Learn About the Ear

Hair-Cell.7462250_stdThere is still significant research designed to get more understanding of the normal functioning ear. This page is devoted to a few of the better mechanisms and models from basic ear research.

F. Mammano and R. Nobili have one of the best on-line model descriptions of the functional components of the inner ear. This site includes many animated parts which enable excellent visualization of the models especially under the Theory section and there are good reference listings to support the concepts. The page on hair cells shows the conection between the electrical energy and mechanical movement. Of special interest for future hyperacusis research is the assessment of impact to the hair cell receptor potential (a time dependent modulation of their membrane potential) and possibly the endolymph which is a potassium-rich extracellular fluid whose standing potential is about 80 mV more positive than perilymph,

The University of Wisconsin has a good on-line textbook model. In the Middle Ear section, the reflex contractions of the middle ear muscles are discussed: “The tensor tympani and stapedius tensor muscles in the middle ear contract reflexly in response to loud sounds. Both muscles increase the stiffness of the ossicular chain when they contract and thus reduce sound transmission by up to 15 dB, depending on frequency.” For acoustic trauma induced hyperacusis, it would to helpful to conclusively discern if this function has been compromised.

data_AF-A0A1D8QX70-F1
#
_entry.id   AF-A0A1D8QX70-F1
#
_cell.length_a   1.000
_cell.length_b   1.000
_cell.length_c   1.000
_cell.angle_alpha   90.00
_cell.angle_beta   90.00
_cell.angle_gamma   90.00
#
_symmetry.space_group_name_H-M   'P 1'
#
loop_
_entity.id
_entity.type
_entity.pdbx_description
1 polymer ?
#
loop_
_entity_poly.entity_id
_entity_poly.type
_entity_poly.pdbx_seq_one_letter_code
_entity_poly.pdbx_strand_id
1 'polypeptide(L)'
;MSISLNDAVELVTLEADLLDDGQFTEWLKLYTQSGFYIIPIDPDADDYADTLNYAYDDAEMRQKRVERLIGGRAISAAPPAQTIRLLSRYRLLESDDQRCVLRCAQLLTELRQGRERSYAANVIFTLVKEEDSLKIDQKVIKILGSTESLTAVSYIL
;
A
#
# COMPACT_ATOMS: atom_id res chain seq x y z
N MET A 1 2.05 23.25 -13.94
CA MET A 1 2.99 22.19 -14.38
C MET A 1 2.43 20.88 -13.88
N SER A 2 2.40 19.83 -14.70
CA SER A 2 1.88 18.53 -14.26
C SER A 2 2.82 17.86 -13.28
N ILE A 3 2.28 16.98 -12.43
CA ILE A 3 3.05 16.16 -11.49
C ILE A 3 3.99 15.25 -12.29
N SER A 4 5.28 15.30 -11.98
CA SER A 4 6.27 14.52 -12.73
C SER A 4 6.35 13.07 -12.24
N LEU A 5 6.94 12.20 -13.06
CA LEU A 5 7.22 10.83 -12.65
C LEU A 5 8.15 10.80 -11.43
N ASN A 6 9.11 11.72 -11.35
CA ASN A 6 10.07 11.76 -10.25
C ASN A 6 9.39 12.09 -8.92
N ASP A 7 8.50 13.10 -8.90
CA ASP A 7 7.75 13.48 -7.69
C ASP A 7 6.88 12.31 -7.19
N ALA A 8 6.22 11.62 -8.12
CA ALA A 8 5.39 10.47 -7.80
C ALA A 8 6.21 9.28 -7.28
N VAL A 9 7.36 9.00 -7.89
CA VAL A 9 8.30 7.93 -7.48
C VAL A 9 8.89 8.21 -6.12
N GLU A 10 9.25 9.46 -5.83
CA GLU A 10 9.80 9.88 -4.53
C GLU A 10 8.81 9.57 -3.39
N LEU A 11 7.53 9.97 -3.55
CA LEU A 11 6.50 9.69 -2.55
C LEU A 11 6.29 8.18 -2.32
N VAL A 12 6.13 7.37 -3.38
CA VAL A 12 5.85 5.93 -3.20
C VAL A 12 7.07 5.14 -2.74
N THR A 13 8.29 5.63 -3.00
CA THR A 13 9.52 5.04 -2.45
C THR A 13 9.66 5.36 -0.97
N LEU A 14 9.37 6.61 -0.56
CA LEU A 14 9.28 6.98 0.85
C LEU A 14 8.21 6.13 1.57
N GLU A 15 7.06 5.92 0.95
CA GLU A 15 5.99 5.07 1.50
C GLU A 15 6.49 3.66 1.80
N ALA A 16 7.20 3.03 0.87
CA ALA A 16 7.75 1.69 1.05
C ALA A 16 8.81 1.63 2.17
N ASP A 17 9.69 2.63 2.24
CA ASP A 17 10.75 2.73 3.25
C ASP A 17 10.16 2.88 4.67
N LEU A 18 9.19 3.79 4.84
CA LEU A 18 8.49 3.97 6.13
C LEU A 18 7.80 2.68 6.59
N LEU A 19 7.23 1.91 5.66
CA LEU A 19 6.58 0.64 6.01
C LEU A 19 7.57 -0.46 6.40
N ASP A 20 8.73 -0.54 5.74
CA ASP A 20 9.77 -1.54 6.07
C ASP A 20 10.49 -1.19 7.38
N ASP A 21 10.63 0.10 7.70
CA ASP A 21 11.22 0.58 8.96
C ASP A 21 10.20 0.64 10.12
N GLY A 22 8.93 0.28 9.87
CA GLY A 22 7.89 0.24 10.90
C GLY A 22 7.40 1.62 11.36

Ear-Model-2.66131410Another excellent textbook ear mechanism description is at cochlea.org. In the Neurosensory Pathology section the site refers to one possible mechanism of tinnitus: “A major factor in cochlear neurone pathology is glutamate excitotoxicity. This occurs in two main situations: local ischaemia and acoustic trauma. Excitotoxicity is also involved in the loss of neurones in ageing (neural presbycusis). Before neurones are actually lost, the first step of excitotoxicity may alter the auditory nerve activity and be the starting point of peripheral tinnitus.” Analyzing these same mechanisms in relationship to hyperacusis may prove beneficial.

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